Github Workflow & "Feature Toggles"
I'm working with git & github as a vcs for the last 3 years. It's a great concept, and github has supplied great tools for developement workflow and keeping the development process documented in a well user interface system.
Recently, I was introduced to the concept of "Feature Toggles" in software developement.
The demand from the development team was to start supporting in "feature toggles" while developing, and push all code to the master branch - while having no spereate branches - known as - feature branches. That, in order to support Continuous Integration, Automation Tests often and avoiding complicated merge.
As a background, "Feature Toggles" (or "feature bits") means, that each feature in the application is configurable and can be turned on or off in any time without causing errors on all development layers - let it be ui, server and data base. Practicaly, during the development cycle of a feature, it is in an "off" mode, untill all relevant layers are developed and are ready to introduce the feature. Meantime, all code relevant to this feature is pushed to the "master" branch, but not "active" in ui or server.
the pros for that are (as given):
- it promotes CI.
- allows testing earlier
- prevents complicated merge flow / conflicts
- business oriented - allows to toggle features based on user roles, permissions or customer regulations (that's a business perspective, though)
This is a good example of implementing "feature toggles" with angular.
The idea of not using feature branches and having only one branch to work on led me to confusion.
I wanted to find out if using "Feature Toggles" is a common practice nowadays and whether it contradicts with "feature branch".
- what happens with the history of a feature?
- how do I group several commits under a feature development cycle?
- what if I want to remove this feature from the code?
So - I was glad to find out that the concept of "Feature Toggles" doesn't contradicts with developing iwth feature branches.
On the contrary, the two concepts works well together, and even - should.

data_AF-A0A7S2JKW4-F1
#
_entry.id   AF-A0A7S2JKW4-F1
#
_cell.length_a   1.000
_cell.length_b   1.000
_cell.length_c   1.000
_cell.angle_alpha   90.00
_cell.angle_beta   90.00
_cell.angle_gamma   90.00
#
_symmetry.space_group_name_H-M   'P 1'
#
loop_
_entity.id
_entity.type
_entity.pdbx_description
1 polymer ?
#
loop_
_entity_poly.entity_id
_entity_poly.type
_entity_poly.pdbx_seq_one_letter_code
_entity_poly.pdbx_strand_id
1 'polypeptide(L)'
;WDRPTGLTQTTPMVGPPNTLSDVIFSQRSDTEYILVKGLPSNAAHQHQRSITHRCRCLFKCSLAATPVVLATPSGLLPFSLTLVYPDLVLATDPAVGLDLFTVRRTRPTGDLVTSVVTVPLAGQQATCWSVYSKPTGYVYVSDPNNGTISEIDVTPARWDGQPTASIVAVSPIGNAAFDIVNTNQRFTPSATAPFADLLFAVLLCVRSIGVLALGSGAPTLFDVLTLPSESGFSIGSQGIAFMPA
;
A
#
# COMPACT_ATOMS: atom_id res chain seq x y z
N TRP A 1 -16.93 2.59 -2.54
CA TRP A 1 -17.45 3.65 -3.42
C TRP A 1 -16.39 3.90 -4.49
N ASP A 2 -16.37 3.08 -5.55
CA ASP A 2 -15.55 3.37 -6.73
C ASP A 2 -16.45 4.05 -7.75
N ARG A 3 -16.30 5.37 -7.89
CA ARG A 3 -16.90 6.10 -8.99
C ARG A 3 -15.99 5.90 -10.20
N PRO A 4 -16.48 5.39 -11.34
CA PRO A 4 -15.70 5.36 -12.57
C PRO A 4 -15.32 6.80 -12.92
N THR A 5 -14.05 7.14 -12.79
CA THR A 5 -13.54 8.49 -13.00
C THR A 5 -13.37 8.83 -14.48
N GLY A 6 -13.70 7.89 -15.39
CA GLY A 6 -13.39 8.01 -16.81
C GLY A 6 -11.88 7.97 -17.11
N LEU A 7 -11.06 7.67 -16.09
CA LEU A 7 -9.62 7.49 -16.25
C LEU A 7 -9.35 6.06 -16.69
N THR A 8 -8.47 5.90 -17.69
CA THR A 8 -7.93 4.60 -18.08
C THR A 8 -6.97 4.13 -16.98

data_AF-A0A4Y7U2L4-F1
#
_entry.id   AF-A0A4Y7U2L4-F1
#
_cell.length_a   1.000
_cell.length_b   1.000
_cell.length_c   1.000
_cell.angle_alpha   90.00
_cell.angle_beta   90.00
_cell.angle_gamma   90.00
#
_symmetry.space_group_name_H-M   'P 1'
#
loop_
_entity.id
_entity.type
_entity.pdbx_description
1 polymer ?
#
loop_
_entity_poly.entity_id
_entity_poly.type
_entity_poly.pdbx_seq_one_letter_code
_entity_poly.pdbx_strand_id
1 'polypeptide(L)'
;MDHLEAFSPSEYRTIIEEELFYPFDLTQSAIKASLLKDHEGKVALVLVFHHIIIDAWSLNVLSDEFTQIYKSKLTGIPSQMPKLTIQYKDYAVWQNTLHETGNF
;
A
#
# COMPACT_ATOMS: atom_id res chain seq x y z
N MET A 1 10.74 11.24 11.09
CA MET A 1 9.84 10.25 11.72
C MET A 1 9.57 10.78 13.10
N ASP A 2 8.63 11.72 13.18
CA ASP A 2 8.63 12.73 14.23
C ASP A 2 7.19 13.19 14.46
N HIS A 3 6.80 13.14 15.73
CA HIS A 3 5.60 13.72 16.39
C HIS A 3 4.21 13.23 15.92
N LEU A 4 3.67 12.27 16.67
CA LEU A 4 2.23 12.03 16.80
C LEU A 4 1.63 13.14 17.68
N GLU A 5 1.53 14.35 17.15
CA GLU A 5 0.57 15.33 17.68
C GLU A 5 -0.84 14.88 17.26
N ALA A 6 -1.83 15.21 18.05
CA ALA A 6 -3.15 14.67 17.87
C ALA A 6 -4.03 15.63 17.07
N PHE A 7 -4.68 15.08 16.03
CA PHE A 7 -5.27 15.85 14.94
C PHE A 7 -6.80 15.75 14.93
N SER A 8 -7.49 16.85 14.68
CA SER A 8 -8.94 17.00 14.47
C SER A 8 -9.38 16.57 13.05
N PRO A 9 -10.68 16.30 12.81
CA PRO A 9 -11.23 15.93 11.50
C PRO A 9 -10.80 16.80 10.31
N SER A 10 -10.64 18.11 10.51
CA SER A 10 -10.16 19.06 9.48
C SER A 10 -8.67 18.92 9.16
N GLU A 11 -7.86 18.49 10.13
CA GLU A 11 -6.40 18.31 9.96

I have found out few advantages of using the github workflow:
- promotes safer deployable master branch
- promoting code-reviews/testing etc before merging to master
- promotes CI
- visibility of work to the team
- you can use Hubot - also for FUN :), deploy process becomes easier for all
Having the above approach to go with "feature branch" led me to wonder what to do with branches that were merged to master.
Since the content and author of the code is preserved, it is safe and preffered to delete these branches (if there's no other use for them). And still, it is clear what are the active branches and who's working on them just by viewing teh branches.
Another approach combines some of the above:
- Work with a Branch model (feature/ hotfix/ bug/ chore/)
- CI works on all branches with Pull Requests
- Once code is in master you can use any type of feature flag you want. "rollout" can be used, which is a redis based feature rollout system.
- Any branch can be deployed to any environment and not just master, meaning you can deploy a specific feature branch for any amount of time you may want.
To conclude, having Scott's approach seems to win the case for my dilema - It is resonable, takes into an account team work, promotes discussion while saving a certain protocol, and eventually allows Continous Integration & Delivery.